Carbon family is placed towards the right side of the periodic table. They are called the group 14 elements consisting of carbon (C), silicon (Si), germanium (Ge), tin (Sn), lead (Pb), and flerovium (Fl). They belong to the p-block of elements in the periodic table with the electronic configuration of ns2np2. In this article, we are going to discuss the electronic configurations, ionization enthalpy, electronegativity and covalent radius of the group 14 elements.
Elements of Carbon Family
- Carbon is the first element in the group which is one of the most abundant elements found on earth. It is found in the free state as well as in combined states. It is found in air, organic compounds, polymers, carbonates, etc. It has three isotopes, namely, 12C, 13C, and 14C where 14C is radioactive.
- Silicon is found in dust, sand, clay, stone, silica and silicate minerals. It is rarely found as a pure element. It is classified as neither a nonmetal or a metal but as a metalloid.
- Germanium is a rare element which is used in the manufacturing semiconductor devices. Pure germanium is an excellent semiconductor. However, it only occurs in traces as it is too reactive to be found in the elemental state.
- Tin is a soft, malleable metal with a low melting point. Tin is mainly obtained from the mineral cassiterite. It has two main allotropes at regular pressure and temperature.
- Lead is also known as plumbate. It is obtained from Galena and is used in making lead-acid batteries, oxidizing agents, and alloys. Lead is toxic to humans.
Electronic configuration of an atom can be defined as an illustration of the layout of electrons distributed among the sub-shells and orbitals.This configuration of electrons helps in understanding the physical and chemical properties of elements.The chemistry behind the elements can be determined by studying the number of valence electrons in the outermost shells.
Before understanding the electronic configuration of elements one has to understand the rules for assigning the electrons into the orbitals such as Pauli’s exclusion principle, Hund’srule of maximum multiplicity and Aufbau principle. Electrons fill the orbitals in such a way that the energy of the atom is minimized.Hence, the electrons of an element fill the energy levels in an increasing order as per the Aufbau principle. Pauli defined a set of unique quantum numbers for each electron. Pauli exclusion principle states that all the four quantum numbers for any two electrons in an atom can never be same. As perHund’s rule, the pairing of electrons in an orbital takes place only when all the sub-shells have one electron each.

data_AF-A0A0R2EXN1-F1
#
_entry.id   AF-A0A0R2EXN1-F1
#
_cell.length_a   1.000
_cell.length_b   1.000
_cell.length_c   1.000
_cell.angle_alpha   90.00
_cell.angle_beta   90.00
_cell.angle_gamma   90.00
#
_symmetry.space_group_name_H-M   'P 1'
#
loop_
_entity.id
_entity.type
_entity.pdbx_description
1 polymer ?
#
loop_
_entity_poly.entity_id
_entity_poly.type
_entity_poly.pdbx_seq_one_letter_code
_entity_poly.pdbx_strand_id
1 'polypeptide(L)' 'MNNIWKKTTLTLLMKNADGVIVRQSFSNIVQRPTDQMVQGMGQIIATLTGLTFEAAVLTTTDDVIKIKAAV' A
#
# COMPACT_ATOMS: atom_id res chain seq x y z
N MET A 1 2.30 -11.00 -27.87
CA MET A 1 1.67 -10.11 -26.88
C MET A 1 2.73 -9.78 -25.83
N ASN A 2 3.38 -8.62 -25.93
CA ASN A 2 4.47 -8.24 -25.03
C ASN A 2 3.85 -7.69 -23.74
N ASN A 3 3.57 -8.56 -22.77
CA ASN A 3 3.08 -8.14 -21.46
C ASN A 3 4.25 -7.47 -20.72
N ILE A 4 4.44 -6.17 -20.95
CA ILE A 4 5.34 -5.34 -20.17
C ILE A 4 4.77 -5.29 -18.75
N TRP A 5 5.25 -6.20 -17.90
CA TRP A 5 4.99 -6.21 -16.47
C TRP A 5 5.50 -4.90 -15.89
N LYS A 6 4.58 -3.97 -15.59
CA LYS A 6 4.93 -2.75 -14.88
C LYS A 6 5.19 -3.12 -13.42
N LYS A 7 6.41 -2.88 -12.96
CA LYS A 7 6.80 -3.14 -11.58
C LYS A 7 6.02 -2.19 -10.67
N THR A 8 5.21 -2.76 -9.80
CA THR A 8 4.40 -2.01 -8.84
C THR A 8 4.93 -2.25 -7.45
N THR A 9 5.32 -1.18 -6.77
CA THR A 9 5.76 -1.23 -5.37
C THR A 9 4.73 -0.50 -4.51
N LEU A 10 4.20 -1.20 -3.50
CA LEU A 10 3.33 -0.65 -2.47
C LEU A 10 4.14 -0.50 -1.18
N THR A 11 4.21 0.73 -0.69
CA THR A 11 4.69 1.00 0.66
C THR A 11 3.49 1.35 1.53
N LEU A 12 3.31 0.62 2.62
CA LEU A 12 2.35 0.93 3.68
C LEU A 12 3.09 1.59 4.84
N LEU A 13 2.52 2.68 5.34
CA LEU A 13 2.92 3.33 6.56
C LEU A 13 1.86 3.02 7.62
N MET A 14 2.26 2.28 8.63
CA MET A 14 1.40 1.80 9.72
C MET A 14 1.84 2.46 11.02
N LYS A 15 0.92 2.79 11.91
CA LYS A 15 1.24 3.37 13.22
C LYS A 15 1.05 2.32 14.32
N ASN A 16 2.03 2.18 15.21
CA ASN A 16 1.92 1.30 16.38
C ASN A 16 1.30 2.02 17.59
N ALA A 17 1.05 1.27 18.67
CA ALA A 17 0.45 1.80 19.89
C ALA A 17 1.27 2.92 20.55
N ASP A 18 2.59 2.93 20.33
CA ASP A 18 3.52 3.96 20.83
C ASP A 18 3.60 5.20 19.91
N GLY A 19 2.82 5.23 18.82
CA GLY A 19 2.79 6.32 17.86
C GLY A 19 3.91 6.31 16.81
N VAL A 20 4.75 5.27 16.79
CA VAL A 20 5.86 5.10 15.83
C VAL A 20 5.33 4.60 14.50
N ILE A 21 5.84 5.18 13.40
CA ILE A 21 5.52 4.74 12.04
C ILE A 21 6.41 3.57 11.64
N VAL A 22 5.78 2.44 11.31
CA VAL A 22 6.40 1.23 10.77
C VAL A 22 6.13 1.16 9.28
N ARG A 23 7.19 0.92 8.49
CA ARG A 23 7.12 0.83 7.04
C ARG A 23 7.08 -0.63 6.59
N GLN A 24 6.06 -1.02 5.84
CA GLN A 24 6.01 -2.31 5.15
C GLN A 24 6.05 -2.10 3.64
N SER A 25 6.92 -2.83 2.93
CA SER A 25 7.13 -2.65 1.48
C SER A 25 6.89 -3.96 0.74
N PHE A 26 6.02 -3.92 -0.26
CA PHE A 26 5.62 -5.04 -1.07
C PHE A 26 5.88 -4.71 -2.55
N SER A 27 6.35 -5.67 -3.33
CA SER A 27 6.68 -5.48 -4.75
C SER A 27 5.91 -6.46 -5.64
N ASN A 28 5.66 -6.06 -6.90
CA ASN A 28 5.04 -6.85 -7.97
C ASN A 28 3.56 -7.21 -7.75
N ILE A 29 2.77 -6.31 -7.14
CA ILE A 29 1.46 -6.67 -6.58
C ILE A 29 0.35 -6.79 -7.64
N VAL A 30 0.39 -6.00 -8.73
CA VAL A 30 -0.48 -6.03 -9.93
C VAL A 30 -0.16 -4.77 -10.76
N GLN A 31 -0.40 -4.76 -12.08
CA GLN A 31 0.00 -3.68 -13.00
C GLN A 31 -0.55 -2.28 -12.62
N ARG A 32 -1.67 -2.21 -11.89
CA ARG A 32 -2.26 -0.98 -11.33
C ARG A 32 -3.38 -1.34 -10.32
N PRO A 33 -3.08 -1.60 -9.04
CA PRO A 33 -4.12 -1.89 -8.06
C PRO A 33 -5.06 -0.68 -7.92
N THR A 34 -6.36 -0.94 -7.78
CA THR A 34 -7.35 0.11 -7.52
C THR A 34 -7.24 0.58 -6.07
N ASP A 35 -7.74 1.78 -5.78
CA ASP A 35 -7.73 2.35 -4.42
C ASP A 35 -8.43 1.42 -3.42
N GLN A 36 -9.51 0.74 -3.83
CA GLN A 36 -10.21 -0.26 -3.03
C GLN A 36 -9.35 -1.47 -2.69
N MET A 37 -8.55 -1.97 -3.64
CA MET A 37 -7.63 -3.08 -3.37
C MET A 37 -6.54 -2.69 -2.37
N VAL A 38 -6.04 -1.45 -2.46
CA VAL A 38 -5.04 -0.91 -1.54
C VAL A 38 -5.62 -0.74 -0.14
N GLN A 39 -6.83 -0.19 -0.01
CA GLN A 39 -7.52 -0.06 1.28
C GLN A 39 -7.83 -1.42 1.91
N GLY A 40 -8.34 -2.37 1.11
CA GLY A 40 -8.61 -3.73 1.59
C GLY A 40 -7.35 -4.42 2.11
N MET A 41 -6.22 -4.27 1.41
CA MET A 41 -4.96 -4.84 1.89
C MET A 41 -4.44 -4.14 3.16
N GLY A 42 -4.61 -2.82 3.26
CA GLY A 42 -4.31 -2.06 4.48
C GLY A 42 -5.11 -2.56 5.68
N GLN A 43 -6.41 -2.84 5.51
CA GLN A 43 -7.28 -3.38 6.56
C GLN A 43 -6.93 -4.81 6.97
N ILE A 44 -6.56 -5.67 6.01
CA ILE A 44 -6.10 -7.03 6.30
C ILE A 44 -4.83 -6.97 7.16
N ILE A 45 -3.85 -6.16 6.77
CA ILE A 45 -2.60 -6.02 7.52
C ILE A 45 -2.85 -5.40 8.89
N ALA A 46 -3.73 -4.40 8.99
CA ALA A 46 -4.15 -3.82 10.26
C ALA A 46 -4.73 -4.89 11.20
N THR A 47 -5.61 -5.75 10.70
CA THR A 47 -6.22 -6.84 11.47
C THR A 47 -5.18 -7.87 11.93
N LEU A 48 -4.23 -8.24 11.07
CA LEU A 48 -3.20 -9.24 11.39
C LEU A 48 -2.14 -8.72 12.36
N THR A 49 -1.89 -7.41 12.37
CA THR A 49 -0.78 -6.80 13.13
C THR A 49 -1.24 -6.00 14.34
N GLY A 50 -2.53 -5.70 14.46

The group 14 elements have a general electronic configuration of ns2np2. These elements have 2 electrons in the outermost p orbitals. The electronic configuration of group 14 elements is shown below:
|4||Germaniun||Ge||32||[Ar]3d10 4s2 4p2|
|5||Tin||Sn||50||[Kr]4d10 5s2 5p2|
|6||Lead||Pb||82||[Xe]4f14 5d10 6s2 6p2|
As all the elements in group 14 have4 electrons in the outermost shell, the valency of Group-14 elements is 4. They use these electrons in the bond formation in order to obtain octet configuration.
- The covalent radius increases down the group.
- There is a substantial increase in radius from carbon to silicon.
- Post that, the difference is less considerable. The reason can be credited to the d and f orbitals which are completely filled with the heavier members.
- The ionization enthalpies decrease down the group since the distance from the nucleus increases.
- There is a substantial decrease of ionization enthalpy from carbon to silicon. Post that, the difference is less considerable.
- There is a slight increase in ionization enthalpy from tin to lead due to the poor shielding effect of the d and f orbitals.
In general, electronegativity decreases down the group. The reason behind this irregularity is because of the filling of intervening d and f atomic orbitals. However, the electronegativity is almost the same from silicon to lead.
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